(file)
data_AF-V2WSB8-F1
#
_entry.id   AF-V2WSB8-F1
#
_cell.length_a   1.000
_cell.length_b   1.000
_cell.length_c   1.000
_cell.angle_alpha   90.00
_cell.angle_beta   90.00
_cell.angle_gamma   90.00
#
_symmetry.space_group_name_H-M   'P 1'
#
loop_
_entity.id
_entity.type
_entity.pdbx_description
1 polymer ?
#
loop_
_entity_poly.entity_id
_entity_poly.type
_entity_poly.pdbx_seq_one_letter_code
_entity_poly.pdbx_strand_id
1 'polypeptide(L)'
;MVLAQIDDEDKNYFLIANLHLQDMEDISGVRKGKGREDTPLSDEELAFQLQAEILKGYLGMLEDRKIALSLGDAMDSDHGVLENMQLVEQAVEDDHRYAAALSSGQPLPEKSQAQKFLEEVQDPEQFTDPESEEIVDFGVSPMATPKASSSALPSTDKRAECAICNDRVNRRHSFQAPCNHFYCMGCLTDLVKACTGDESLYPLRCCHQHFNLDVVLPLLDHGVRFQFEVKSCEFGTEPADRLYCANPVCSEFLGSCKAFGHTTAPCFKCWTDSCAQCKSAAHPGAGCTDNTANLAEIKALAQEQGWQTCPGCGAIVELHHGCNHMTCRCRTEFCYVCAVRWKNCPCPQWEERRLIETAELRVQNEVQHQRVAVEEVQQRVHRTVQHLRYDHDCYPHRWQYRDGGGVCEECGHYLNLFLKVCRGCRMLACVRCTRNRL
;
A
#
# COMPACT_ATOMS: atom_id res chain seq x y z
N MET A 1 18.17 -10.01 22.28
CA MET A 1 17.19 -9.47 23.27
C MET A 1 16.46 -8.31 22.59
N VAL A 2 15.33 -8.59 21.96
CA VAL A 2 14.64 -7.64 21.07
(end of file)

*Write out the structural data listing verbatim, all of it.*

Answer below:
data_AF-V2WSB8-F1
#
_entry.id   AF-V2WSB8-F1
#
_cell.length_a   1.000
_cell.length_b   1.000
_cell.length_c   1.000
_cell.angle_alpha   90.00
_cell.angle_beta   90.00
_cell.angle_gamma   90.00
#
_symmetry.space_group_name_H-M   'P 1'
#
loop_
_entity.id
_entity.type
_entity.pdbx_description
1 polymer ?
#
loop_
_entity_poly.entity_id
_entity_poly.type
_entity_poly.pdbx_seq_one_letter_code
_entity_poly.pdbx_strand_id
1 'polypeptide(L)'
;MVLAQIDDEDKNYFLIANLHLQDMEDISGVRKGKGREDTPLSDEELAFQLQAEILKGYLGMLEDRKIALSLGDAMDSDHGVLENMQLVEQAVEDDHRYAAALSSGQPLPEKSQAQKFLEEVQDPEQFTDPESEEIVDFGVSPMATPKASSSALPSTDKRAECAICNDRVNRRHSFQAPCNHFYCMGCLTDLVKACTGDESLYPLRCCHQHFNLDVVLPLLDHGVRFQFEVKSCEFGTEPADRLYCANPVCSEFLGSCKAFGHTTAPCFKCWTDSCAQCKSAAHPGAGCTDNTANLAEIKALAQEQGWQTCPGCGAIVELHHGCNHMTCRCRTEFCYVCAVRWKNCPCPQWEERRLIETAELRVQNEVQHQRVAVEEVQQRVHRTVQHLRYDHDCYPHRWQYRDGGGVCEECGHYLNLFLKVCRGCRMLACVRCTRNRL
;
A
#
# COMPACT_ATOMS: atom_id res chain seq x y z
N MET A 1 18.17 -10.01 22.28
CA MET A 1 17.19 -9.47 23.27
C MET A 1 16.46 -8.31 22.59
N VAL A 2 15.33 -8.59 21.96
CA VAL A 2 14.64 -7.64 21.07